When a person is diagnosed with scoliosis, because it’s a progressive and incurable condition, the choice of how to treat it can have far-reaching effects.
The two main treatment approaches are traditional and conservative; traditional treatment focuses on a passive watch-and-wait approach that tends to funnel patients towards spinal fusion surgery, while conservative treatment is proactive and works towards impacting conditions, first and foremost, on a structural level.
When scoliosis progresses, the scoliotic curve gets larger and more rigid, making it less responsive to treatment, and in addition, increasing spinal rigidity can reduce a patient’s ability to perform certain therapeutic exercises with corrective potential.
The longer scoliosis is left to progress, the more it’s going to affect the body, and these effects only get harder to improve/reverse the longer they’ve been established.
Here at the CLEAR Scoliosis Institute, our approach is proactive so we want to start treatment immediately; waiting to see whether a progressive condition is going to progress is a waste of valuable treatment time.
Particularly when treating the condition’s most-prevalent type, adolescent idiopathic scoliosis diagnosed between the ages of 10 and 18, progression can be fast, and once that happens, it’s far more difficult to try and reverse than it is to try and proactively prevent.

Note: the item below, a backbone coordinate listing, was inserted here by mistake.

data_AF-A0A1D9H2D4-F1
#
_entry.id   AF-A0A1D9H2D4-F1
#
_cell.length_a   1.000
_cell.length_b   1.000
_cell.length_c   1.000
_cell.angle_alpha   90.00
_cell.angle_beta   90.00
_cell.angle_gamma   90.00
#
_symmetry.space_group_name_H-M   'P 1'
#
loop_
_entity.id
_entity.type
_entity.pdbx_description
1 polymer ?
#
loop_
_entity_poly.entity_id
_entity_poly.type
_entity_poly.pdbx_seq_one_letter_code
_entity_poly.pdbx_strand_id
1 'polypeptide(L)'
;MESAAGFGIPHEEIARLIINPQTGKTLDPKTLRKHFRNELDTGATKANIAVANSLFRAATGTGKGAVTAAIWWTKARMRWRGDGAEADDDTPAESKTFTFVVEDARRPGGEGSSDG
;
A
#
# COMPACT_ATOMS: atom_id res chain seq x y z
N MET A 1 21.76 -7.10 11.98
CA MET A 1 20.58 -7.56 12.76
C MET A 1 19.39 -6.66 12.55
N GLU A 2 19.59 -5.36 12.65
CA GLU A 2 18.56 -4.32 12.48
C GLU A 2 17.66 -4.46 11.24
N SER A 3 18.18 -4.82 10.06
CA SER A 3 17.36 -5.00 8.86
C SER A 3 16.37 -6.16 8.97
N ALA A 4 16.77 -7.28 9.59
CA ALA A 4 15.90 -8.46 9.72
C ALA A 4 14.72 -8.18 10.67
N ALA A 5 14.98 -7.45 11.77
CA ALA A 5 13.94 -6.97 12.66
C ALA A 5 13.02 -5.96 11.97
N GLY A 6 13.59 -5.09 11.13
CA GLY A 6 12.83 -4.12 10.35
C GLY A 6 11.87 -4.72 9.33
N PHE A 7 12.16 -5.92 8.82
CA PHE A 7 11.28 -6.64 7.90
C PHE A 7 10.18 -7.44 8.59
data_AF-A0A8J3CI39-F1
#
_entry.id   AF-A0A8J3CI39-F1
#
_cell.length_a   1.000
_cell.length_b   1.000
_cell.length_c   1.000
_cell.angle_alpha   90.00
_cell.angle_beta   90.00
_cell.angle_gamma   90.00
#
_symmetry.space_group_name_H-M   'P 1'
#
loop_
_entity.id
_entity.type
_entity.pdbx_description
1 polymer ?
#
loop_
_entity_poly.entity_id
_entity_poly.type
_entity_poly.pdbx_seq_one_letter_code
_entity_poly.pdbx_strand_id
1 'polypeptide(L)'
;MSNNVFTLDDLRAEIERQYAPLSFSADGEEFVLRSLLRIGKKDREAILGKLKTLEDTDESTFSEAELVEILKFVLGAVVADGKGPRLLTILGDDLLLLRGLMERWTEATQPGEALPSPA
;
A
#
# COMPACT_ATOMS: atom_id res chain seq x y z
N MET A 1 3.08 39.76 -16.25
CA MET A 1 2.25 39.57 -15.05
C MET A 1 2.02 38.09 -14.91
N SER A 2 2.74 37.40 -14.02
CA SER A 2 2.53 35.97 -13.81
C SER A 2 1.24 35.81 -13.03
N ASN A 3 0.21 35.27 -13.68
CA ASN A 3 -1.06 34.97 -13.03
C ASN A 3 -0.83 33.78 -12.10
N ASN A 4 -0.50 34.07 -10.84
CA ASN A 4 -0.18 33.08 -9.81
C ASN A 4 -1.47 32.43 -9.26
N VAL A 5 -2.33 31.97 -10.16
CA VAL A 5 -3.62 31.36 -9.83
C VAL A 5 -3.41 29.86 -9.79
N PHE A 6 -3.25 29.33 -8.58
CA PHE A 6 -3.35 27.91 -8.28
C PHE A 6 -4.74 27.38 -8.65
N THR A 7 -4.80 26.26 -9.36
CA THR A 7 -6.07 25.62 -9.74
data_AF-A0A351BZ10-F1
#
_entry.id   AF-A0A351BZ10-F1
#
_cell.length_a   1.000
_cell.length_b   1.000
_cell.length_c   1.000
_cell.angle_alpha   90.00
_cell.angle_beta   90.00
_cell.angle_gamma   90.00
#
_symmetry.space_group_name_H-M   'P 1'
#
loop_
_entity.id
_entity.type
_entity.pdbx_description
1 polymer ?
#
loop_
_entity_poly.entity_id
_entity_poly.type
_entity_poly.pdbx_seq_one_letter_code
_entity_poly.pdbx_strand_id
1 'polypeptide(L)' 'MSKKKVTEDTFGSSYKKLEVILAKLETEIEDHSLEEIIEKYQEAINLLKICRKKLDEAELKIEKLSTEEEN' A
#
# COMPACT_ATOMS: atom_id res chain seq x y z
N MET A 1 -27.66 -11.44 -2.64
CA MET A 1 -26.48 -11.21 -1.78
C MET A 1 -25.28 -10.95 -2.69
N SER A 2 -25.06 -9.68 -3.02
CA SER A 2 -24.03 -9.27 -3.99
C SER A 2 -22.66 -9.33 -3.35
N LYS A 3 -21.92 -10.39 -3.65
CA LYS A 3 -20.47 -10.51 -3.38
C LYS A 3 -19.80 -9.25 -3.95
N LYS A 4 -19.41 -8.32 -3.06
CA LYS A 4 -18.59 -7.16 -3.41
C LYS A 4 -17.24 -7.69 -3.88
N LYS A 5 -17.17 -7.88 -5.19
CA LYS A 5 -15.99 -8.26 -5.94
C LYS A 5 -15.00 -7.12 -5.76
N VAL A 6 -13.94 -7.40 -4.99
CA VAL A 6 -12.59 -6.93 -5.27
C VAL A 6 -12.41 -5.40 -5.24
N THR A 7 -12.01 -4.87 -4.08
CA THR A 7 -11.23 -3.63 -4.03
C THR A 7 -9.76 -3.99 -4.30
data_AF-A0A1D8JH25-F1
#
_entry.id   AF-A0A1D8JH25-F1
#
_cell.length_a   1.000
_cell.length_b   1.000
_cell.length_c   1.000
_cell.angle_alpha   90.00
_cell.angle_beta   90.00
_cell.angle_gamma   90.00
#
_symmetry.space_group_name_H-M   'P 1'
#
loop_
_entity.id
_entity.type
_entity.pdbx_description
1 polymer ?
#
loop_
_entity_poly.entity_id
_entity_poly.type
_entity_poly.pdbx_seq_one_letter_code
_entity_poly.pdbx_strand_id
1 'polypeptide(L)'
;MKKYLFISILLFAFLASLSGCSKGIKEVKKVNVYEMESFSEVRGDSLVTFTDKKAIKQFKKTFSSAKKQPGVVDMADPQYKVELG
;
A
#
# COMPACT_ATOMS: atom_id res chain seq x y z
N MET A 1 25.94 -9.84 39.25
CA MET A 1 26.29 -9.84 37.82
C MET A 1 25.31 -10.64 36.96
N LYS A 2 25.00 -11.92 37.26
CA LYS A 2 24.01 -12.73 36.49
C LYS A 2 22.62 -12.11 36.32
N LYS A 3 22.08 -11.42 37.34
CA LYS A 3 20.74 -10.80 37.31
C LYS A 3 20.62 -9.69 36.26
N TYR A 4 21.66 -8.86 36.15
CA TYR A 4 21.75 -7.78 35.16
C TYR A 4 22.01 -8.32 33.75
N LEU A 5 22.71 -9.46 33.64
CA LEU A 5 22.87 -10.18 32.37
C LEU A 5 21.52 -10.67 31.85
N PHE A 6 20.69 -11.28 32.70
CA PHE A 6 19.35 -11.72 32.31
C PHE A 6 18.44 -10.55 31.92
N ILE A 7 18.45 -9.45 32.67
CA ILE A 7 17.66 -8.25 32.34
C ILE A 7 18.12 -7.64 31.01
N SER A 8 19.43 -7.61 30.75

So as a CLEAR-certified scoliosis chiropractor, I combine multiple condition-specific forms of treatment so the entire spine can be treated and every level of the condition can be impacted.
Chiropractic care involves a number of techniques and low-force adjustments that work towards impacting the condition on a structural level by realigning the spine; this involves focusing on the underlying neurological causes along with the structural components of the condition.
Once I see structural results in the form of a curvature reduction, this means the condition’s uneven forces are also being reduced; I can then focus on increasing core strength through various scoliosis-specific-therapies and the use of scoliosis-specific exercises (SSEs) that can strengthen the back’s supportive muscles, address any related muscle imbalance, improve posture, and certain SSEs are also known to stimulate specific areas of the brain to re-train the body’s postural mechanisms to stabilize the corrections.